More than 100 NYSNA nurses and supporters held a press conference on the steps of City Hall on Nov. 30 ahead of a New York City Council oversight hearing on the state of nursing in New York City and on solutions to the short-staffing crisis. NYSNA nurses and allies say New York City can’t afford to wait another minute to address the hospital-created registered nurse (RN) staffing crisis with pediatric units already overflowing with RSV cases and with the threat of a “tripledemic” of COVID-19, RSV and flu as the winter months approach. In addition to NYSNA nurses, New York City Council Hospitals Chair Mercedes Narcisse, Council Speaker Adrienne Adams, NYC Central Labor Council, AFL-CIO and other allies attended as well.
“Our patients are suffering because of short staffing too,” said Craig Berke, RN, of Flushing Hospital. “In the emergency department, each nurse should be assigned six patients. There are times when nurses are charged with caring for more than 15. This is unacceptable. As a result of deficits in staffing, nurses do not call out and work overtime. Nurses end up working a 16-hour shift, which can become exhausting for nurses and unsafe for patients.”
NYSNA nurses from the largest academic medical centers to the smallest safety-net hospitals shared details on terrible working conditions in the city’s hospitals, including the safe staffing and healthcare crisis that is putting patients at risk and driving nurses away from the bedside.
Approximately 17,000 NYSNA members at 12 hospitals in New York City, including private hospitals such as Montefiore, Mt. Sinai and NewYork-Presbyterian, have contracts that expired on Dec. 31. Hospital executives paid themselves millions in sky-high salaries and bonuses during the pandemic at the same time they hiked hospital prices. Nurses are calling for their bosses to invest in hiring and retaining enough nurses to keep their patients safe.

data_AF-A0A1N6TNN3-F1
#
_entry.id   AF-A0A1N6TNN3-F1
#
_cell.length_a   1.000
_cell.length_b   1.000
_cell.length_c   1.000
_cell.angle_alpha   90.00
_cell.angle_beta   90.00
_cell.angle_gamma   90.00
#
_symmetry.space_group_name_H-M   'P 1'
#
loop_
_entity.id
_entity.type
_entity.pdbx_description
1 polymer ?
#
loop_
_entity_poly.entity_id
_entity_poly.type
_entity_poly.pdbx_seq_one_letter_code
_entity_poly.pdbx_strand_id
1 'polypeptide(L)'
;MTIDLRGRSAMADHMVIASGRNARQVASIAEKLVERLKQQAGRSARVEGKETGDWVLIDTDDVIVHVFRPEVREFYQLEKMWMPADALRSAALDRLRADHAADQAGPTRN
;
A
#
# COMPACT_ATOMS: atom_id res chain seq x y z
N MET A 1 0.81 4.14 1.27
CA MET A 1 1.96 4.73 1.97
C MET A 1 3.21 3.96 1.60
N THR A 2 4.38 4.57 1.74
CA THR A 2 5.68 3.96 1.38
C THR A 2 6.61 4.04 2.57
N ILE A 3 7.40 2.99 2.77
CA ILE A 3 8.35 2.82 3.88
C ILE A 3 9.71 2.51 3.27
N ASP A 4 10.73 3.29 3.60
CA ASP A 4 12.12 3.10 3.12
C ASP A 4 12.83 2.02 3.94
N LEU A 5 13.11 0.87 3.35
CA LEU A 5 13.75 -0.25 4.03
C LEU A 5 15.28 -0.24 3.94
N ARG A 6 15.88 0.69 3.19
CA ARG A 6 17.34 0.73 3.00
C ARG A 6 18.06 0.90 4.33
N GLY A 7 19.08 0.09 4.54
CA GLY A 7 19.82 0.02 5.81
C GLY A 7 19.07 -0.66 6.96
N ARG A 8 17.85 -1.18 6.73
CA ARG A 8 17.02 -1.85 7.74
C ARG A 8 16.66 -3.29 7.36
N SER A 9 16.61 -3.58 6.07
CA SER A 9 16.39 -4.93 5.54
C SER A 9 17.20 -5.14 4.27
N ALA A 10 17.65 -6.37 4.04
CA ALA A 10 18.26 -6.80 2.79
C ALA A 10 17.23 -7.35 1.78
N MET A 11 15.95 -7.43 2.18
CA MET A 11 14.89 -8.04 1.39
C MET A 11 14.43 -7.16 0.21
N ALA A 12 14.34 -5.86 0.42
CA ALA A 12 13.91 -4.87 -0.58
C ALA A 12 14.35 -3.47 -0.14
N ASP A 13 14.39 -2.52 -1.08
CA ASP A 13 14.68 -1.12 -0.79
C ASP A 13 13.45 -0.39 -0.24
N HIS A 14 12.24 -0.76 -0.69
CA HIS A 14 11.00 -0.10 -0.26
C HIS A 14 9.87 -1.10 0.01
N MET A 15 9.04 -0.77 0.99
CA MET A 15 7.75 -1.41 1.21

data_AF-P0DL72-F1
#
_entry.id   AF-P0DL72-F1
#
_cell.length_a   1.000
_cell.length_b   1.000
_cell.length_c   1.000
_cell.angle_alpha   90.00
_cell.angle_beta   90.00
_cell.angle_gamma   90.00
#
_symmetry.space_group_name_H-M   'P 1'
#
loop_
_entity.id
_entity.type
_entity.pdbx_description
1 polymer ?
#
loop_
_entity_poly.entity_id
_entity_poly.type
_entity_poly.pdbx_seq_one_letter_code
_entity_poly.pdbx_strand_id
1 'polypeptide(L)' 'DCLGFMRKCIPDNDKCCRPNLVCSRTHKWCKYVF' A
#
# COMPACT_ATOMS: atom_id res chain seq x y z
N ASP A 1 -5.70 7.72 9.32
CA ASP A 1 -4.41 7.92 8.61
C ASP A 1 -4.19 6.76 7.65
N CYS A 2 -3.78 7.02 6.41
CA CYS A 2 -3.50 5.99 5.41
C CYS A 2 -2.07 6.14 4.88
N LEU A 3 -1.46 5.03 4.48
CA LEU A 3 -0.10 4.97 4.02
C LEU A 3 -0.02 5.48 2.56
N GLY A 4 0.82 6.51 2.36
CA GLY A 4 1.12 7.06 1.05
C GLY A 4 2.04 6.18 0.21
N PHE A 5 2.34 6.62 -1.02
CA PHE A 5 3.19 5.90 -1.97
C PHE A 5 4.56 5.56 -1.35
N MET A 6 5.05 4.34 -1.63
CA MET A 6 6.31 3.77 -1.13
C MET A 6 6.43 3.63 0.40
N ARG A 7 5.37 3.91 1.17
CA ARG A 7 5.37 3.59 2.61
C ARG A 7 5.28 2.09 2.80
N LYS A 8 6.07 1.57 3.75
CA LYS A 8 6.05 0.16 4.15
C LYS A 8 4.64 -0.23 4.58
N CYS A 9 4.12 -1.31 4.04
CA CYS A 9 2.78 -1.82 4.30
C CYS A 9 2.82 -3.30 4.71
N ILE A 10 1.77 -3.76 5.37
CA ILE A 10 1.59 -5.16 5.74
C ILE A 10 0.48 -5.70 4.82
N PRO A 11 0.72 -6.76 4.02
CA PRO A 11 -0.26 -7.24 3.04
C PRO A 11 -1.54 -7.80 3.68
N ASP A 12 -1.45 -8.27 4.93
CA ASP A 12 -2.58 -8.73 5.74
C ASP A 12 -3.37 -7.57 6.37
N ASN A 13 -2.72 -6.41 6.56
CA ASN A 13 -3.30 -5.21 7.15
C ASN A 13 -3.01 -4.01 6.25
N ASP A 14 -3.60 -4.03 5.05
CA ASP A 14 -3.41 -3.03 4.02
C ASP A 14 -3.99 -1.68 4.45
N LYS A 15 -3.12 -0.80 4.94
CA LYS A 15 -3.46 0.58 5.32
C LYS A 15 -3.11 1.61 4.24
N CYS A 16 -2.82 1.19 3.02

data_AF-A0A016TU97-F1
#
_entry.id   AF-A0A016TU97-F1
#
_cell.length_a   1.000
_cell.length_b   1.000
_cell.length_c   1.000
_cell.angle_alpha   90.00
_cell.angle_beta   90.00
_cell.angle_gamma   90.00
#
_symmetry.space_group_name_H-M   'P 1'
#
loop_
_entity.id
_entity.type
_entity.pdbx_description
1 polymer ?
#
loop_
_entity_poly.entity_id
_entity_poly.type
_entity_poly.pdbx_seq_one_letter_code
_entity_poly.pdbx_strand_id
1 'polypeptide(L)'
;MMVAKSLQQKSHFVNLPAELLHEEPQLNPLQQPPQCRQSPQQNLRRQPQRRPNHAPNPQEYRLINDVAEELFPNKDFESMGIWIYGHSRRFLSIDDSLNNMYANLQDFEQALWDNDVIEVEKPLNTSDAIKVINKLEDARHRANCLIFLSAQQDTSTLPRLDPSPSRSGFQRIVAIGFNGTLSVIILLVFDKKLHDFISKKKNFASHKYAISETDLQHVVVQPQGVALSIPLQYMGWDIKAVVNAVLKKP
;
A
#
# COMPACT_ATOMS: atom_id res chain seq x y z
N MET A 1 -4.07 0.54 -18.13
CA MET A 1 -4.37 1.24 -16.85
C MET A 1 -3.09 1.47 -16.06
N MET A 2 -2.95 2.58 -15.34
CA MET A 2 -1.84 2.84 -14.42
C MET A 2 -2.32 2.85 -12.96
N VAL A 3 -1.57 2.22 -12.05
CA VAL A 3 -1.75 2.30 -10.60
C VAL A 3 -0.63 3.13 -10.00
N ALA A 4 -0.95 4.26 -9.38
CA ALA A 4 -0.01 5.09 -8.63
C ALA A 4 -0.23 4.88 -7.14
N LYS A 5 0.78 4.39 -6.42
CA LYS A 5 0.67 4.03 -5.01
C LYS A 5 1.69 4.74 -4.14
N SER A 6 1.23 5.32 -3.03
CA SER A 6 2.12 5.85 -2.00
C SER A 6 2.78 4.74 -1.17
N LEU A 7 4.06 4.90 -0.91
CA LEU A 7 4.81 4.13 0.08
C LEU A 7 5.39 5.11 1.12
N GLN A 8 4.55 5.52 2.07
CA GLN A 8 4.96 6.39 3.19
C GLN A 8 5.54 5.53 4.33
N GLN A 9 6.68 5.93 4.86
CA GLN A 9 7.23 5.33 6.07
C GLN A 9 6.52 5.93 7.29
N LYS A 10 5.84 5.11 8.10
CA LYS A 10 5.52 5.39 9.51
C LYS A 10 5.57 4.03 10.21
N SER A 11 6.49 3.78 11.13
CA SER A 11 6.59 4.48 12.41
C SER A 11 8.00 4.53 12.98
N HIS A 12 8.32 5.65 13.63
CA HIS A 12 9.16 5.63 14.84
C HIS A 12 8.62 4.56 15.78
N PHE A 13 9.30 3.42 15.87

“In our last union contract, the hospital management and NYSNA agreed to a staffing grid that would maintain 17 nurses on shift day and night,” said Kiera Downes-Vogel, RN, of Mount Sinai West. “But our staffing almost never meets the number 17; patients are lucky if we are scheduled for 15. Research has shown that appropriate staffing improves patient health, prevents death and reduces nurse turnover. Our current staffing has only exacerbated nurses leaving because they are frustrated and exhausted.”
Fighting for Our Future
“When I started out as a young nurse, I was given ample time to train,” said Lorena Vivas, RN. “We had safe patient ratios. Today they understaff the hospital to maximize profits. Mount Sinai Hospital has over 500 vacancies for nursing positions.”
With two-thirds of RNs across the country saying they are planning to leave the profession in the next two years, NYSNA nurses are sounding the alarm on the staffing crisis that has left caregivers burnt out and at their breaking point. Nurses say that hospitals are not doing enough to keep them at the bedside — from safe staffing ratios to good healthcare benefits to competitive pay.